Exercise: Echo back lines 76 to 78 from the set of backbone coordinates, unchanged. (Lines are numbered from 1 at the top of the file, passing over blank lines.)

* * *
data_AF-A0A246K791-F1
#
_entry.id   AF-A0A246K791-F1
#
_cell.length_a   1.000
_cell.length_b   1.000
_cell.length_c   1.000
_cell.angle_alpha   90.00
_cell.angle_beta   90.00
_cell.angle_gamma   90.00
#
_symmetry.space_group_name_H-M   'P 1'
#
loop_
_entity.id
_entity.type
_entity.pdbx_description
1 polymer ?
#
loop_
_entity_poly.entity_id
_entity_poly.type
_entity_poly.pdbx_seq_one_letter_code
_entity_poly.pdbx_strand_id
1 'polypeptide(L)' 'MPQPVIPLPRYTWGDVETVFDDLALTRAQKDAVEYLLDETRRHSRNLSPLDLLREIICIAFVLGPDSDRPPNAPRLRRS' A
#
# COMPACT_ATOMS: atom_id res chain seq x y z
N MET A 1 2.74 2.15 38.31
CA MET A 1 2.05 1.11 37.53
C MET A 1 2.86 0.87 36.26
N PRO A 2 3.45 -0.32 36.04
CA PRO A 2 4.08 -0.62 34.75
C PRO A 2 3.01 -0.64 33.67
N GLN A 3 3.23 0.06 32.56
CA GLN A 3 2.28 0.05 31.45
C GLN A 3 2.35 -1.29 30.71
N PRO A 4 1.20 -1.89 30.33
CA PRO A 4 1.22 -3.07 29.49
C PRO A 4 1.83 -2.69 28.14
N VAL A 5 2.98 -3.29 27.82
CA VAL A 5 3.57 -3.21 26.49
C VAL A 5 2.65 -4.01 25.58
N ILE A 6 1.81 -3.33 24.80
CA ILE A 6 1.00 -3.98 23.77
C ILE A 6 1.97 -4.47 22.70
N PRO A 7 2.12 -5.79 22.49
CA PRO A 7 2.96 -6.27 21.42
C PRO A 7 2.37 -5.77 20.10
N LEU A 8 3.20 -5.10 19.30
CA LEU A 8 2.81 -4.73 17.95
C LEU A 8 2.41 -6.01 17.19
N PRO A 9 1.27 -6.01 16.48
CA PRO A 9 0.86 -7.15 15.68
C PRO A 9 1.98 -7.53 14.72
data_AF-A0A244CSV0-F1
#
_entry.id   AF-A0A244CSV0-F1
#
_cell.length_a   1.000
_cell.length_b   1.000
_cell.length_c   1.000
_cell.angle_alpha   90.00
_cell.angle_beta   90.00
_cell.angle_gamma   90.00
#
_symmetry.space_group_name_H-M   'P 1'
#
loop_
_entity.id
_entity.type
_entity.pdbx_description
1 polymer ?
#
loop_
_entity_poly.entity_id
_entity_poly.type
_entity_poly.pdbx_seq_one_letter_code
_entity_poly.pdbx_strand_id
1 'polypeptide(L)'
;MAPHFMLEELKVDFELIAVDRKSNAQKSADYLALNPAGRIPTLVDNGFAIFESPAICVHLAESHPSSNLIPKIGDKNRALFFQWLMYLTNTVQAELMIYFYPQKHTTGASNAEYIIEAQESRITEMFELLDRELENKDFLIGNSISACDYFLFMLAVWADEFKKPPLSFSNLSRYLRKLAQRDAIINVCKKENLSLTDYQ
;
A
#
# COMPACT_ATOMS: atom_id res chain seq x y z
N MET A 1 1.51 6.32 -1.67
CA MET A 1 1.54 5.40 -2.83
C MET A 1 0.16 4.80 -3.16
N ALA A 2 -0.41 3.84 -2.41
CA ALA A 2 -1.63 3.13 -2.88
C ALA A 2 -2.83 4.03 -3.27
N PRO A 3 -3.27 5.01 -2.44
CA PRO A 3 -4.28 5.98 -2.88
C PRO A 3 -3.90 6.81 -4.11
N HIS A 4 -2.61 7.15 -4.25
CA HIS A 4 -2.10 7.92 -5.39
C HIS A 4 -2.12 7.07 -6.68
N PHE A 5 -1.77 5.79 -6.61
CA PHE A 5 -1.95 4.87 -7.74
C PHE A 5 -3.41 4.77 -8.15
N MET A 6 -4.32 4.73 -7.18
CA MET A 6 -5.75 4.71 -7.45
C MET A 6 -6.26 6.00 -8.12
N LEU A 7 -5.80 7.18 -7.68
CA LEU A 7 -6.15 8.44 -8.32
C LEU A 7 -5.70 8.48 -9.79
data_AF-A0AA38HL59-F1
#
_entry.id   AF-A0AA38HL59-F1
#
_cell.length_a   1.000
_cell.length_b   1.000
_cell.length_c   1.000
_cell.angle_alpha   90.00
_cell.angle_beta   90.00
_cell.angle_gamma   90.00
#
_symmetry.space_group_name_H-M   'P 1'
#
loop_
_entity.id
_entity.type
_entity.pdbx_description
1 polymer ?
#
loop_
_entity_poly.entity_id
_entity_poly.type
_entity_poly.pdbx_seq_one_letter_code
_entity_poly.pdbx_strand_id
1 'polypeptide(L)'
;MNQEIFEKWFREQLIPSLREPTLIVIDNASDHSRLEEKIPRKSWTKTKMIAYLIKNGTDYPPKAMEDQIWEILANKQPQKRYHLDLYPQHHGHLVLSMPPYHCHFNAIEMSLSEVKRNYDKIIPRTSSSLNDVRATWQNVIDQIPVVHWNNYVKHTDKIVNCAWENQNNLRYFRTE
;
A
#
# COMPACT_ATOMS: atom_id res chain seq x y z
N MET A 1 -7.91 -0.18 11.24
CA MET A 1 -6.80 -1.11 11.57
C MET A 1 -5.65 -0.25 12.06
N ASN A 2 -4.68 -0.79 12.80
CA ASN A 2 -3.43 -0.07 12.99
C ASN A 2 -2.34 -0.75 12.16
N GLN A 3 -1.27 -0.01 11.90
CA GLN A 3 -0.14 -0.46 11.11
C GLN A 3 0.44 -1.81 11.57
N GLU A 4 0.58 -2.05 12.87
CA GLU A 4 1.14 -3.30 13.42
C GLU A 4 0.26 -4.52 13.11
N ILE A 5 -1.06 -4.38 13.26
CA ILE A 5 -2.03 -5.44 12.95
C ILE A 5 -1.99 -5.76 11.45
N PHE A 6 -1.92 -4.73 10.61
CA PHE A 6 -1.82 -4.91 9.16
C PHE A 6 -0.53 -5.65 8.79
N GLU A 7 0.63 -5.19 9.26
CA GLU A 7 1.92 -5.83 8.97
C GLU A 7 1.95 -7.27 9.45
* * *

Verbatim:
_entity_poly.type
_entity_poly.pdbx_seq_one_letter_code
_entity_poly.pdbx_strand_id